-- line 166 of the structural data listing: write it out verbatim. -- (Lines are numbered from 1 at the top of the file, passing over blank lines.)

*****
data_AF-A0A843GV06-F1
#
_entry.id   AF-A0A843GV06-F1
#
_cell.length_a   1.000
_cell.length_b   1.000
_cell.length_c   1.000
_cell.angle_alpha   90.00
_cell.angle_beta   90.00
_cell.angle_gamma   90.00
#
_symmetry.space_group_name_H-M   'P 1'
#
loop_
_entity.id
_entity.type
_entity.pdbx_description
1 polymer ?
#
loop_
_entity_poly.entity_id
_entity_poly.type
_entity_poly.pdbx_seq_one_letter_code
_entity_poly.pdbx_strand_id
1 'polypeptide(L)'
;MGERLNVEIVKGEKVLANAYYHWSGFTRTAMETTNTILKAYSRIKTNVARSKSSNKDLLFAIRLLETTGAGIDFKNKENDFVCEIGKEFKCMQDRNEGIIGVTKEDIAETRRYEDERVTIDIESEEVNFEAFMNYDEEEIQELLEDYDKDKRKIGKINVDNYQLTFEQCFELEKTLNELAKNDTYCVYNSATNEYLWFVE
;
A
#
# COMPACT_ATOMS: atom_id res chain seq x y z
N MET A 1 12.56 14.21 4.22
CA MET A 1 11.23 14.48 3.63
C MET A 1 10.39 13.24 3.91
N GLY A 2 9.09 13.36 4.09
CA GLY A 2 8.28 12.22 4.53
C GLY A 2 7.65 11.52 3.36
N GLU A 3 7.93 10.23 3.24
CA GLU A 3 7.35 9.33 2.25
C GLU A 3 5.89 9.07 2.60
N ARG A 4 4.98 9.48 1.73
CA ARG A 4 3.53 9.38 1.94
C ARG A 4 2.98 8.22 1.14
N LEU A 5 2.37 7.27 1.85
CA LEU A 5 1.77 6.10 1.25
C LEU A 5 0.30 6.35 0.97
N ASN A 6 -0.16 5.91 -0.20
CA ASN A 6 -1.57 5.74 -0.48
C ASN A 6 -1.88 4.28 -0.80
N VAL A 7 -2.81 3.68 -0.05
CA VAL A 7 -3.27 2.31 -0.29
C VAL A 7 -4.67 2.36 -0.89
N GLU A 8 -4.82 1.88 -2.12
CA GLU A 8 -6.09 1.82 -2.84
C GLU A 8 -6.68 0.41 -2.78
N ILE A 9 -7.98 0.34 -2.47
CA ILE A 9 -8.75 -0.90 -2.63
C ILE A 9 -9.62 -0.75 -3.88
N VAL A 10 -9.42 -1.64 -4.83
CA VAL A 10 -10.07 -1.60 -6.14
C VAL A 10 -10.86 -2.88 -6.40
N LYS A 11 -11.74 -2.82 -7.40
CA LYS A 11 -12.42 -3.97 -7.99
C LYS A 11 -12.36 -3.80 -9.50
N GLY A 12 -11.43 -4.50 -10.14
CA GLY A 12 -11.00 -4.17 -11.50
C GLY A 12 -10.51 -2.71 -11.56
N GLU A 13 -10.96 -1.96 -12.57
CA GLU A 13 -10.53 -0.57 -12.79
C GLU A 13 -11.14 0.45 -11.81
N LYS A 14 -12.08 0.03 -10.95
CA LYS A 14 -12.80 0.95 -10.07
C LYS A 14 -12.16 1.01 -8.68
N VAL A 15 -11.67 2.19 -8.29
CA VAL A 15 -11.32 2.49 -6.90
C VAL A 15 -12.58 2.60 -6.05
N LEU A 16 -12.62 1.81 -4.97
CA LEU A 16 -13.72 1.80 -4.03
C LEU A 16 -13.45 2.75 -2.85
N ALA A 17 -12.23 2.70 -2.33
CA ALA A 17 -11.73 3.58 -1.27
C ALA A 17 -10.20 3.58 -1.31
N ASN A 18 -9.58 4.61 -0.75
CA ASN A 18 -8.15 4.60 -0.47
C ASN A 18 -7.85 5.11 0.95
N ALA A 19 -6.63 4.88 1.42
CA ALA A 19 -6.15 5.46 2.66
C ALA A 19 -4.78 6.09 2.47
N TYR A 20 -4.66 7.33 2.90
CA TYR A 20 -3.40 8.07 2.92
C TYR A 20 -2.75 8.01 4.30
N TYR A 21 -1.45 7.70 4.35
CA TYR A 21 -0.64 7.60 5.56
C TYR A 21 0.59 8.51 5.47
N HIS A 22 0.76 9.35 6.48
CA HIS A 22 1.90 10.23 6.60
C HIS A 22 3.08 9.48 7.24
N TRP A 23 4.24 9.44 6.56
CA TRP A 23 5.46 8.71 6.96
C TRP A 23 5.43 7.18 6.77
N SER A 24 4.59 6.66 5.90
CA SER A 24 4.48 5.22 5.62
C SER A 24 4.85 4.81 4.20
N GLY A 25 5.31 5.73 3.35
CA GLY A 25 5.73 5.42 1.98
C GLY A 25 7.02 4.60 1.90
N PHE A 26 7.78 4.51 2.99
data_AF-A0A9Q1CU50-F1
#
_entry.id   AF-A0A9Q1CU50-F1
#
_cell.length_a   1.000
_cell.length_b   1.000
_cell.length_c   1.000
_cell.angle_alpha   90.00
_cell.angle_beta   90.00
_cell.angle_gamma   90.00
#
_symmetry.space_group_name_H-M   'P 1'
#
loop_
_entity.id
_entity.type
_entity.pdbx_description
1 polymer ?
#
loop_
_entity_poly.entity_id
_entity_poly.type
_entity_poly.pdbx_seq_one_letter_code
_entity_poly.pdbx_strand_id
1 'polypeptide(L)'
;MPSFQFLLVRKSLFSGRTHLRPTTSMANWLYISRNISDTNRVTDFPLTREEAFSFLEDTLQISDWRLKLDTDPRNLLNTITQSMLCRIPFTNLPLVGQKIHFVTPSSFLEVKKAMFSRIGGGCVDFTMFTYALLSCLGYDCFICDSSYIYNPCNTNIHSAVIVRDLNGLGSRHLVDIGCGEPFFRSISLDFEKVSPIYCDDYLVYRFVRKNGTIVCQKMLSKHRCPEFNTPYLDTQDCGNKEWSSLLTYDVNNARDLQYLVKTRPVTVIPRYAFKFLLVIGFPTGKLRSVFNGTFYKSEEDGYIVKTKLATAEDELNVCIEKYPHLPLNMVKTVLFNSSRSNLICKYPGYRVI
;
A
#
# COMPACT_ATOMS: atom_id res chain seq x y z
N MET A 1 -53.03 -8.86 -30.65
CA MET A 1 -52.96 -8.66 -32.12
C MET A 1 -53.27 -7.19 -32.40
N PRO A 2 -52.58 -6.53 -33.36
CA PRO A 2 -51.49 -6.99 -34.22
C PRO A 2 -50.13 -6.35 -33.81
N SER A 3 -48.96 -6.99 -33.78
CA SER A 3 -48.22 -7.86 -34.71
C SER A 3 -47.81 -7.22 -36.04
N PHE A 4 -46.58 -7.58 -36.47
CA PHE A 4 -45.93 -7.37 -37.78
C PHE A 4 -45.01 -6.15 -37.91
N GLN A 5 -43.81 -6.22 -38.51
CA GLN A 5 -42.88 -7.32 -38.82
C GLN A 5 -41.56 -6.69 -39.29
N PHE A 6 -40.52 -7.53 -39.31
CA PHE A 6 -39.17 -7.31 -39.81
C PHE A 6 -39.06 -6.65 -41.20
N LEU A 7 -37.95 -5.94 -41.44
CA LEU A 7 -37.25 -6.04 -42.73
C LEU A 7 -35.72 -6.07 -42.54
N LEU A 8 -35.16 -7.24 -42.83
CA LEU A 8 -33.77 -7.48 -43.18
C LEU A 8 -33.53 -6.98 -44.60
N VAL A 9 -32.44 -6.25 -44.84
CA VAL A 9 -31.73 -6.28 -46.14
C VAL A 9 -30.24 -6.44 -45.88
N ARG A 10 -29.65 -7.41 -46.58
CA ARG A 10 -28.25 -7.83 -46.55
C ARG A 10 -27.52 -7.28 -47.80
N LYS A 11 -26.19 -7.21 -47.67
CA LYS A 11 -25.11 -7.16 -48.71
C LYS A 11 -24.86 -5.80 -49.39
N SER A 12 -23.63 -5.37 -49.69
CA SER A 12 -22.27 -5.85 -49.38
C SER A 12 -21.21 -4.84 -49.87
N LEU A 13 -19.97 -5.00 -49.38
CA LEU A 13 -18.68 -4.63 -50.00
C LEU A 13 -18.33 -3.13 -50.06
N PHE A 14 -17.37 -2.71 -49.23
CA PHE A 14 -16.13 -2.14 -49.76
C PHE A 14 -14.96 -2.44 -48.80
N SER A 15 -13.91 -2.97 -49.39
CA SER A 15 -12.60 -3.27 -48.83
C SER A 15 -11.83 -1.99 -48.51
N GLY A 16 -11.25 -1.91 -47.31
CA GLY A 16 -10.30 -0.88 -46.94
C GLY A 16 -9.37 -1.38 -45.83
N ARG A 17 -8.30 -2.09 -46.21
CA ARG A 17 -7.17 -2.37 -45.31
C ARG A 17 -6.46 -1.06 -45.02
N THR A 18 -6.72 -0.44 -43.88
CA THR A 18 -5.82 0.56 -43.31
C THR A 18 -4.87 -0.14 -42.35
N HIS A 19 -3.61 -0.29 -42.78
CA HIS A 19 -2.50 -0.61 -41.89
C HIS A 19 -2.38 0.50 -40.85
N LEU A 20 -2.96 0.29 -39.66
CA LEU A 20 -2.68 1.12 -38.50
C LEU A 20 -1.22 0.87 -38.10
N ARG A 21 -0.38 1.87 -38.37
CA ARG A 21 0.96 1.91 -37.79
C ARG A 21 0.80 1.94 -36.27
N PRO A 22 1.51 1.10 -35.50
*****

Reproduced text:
C ARG A 10 -27.52 -7.28 -47.80